People with chronic illnesses will run into “experts” on their condition all the time. These self- professed experts suggest ridiculous things you have already been checked for. Sometimes they try to teach you about an illness you have had for years and understand very well. I’ve even dated people who get upset with me for not following their suggestions, “have you been checked for gluten sensitivity again yet?” They think the only reason you aren’t cured is because you haven’t had their ideas yet. Sometimes these experts get frustrated and criticize you for not wanting to feel better.
When I come across these experts I find being clear, direct, and honest with them is the best approach. They are convinced you have a gluten intolerance when you have been tested. What to do? Not wanting to hurt their feelings by lying and saying you will cut out gluten is not going to work. Telling them you have been tested, and you trust what a doctor told you over them is the best way to solve the problem. If they are an arrogant “experts” this will lead to them nursing their wounded pride and usually breaking it off. If they listen to you then they probably just want to help and are misled; in this case you may have found a good one!
5. The One Who Can’t Stop Asking If You Are Better Yet
Sometimes you can explain your illness a hundred times, define the word chronic repeatedly, and do your best to educate your partner and they will just never get it. They will say things like “oh, you’re still sick” or “wow you still aren’t feeling better” or “when you are healthy we can go out.” I have a chronic illness! Chronic means long term; I am always sick! Unfortunately, these dates just don’t get it no matter what you do.
6. The One Who Can’t Handle It
This is the most common person I run into while dating and I must say it has left me frustrated. Sometimes my chronic illness comes up naturally in conversation, other times I have to modify plans and I will briefly explain. Then, a lot of dates never speak to me again. Worried I was paranoid, I asked a few people why they broke up with me. A few people outright told me they aren’t okay with dating someone with a chronic illness. For example, on one online date within fifteen minutes I had my date say “But she had Crohn’s disease and I am sure as hell not going to put up with that bullshit.” I stood up, turned around and walked away.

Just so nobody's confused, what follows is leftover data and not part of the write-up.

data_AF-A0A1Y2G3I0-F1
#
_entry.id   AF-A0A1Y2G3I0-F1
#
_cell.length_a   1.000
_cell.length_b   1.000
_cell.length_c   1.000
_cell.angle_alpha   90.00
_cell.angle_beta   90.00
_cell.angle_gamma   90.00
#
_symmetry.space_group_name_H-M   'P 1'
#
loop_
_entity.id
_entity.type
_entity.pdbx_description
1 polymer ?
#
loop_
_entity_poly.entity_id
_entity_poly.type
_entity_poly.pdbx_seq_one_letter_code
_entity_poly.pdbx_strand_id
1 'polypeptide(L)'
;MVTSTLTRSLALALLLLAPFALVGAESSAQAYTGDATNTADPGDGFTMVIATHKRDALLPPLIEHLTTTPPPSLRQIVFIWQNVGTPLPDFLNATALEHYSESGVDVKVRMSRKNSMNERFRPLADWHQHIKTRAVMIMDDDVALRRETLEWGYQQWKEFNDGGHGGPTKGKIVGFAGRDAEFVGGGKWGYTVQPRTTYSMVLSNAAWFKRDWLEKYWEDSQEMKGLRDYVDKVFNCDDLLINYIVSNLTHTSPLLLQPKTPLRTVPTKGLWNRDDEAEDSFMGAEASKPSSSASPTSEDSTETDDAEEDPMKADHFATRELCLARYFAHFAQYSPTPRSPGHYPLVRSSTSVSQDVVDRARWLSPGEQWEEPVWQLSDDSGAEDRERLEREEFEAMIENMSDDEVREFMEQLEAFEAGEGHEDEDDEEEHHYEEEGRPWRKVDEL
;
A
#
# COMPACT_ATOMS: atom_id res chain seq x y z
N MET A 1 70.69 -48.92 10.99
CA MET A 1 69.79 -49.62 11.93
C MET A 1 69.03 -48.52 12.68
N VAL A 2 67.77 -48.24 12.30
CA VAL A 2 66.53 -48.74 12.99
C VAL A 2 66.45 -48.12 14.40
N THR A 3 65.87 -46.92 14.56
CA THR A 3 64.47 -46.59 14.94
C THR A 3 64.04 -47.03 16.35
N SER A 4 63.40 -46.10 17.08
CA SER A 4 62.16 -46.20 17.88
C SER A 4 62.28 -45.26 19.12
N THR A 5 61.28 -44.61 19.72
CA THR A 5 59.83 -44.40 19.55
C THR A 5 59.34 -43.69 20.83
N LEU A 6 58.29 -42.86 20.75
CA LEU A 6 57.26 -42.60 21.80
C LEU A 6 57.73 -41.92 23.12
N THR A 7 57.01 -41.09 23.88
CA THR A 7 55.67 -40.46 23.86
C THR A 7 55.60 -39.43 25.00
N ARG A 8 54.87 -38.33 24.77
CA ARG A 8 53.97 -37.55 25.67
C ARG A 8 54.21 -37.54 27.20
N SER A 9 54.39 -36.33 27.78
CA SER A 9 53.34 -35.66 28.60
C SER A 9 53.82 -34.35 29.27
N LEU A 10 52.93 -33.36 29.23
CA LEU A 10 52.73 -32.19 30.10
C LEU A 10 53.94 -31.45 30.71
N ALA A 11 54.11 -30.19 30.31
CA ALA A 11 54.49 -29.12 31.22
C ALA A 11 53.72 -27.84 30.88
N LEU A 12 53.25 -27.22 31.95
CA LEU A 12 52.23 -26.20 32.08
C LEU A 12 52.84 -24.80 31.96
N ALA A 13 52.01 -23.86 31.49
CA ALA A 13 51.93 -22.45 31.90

While it can hurt to experience this rejection, do not assume everyone is like this. Sometimes you will be rejected by someone for a reason unrelated to your illness. Sometimes people hear about your illness and are supportive. It is exhausting but don’t give up on people. Never lie about your illness. It will just hurt more later on. Getting rid of a jerk before you get attached is always the easiest option for people who don’t receive the news well.
7. The One Who Supports You
People who support you through your illness can be scarce- even more so in dating. The best partners treat the chronic illness as something you are fighting together, not a negative personality trait that is your fault. You can find a lucky number 7! You have to see yourself as someone who still can contribute a lot to a relationship despite your illness before finding someone who supports you. If you always feel like you aren’t good enough to date you will meet and put up with people who aren’t worth it. Remember that you always deserve someone who supports you!